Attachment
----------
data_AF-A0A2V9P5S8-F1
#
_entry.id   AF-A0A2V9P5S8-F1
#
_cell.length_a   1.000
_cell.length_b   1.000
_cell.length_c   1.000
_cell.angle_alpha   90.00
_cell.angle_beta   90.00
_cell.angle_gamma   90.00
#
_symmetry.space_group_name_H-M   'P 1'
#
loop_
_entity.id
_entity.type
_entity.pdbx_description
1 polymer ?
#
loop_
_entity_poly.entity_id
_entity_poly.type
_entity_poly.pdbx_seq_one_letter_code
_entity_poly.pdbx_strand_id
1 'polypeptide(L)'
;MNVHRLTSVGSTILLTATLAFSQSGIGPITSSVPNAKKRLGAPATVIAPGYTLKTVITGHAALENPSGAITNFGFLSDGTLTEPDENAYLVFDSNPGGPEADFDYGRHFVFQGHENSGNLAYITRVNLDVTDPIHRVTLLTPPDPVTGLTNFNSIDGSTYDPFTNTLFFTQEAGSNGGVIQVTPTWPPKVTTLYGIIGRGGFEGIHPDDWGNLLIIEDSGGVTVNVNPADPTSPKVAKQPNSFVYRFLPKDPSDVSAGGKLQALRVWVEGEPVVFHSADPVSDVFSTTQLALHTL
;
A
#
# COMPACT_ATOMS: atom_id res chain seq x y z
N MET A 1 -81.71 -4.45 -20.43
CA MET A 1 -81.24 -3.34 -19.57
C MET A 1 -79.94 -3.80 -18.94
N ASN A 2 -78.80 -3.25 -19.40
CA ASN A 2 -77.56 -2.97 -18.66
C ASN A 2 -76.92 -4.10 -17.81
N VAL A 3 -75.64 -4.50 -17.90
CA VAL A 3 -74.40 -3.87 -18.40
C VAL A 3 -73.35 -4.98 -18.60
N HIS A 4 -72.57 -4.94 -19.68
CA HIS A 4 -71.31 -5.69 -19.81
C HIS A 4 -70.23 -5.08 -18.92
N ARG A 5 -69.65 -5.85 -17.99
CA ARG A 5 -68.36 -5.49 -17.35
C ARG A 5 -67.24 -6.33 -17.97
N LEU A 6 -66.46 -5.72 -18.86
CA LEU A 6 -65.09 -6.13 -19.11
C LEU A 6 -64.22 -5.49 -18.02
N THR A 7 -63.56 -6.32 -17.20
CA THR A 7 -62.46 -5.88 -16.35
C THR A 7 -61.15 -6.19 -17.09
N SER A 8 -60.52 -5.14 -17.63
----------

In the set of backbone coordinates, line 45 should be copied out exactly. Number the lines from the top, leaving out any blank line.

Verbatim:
C ARG A 5 -67.24 -6.33 -17.97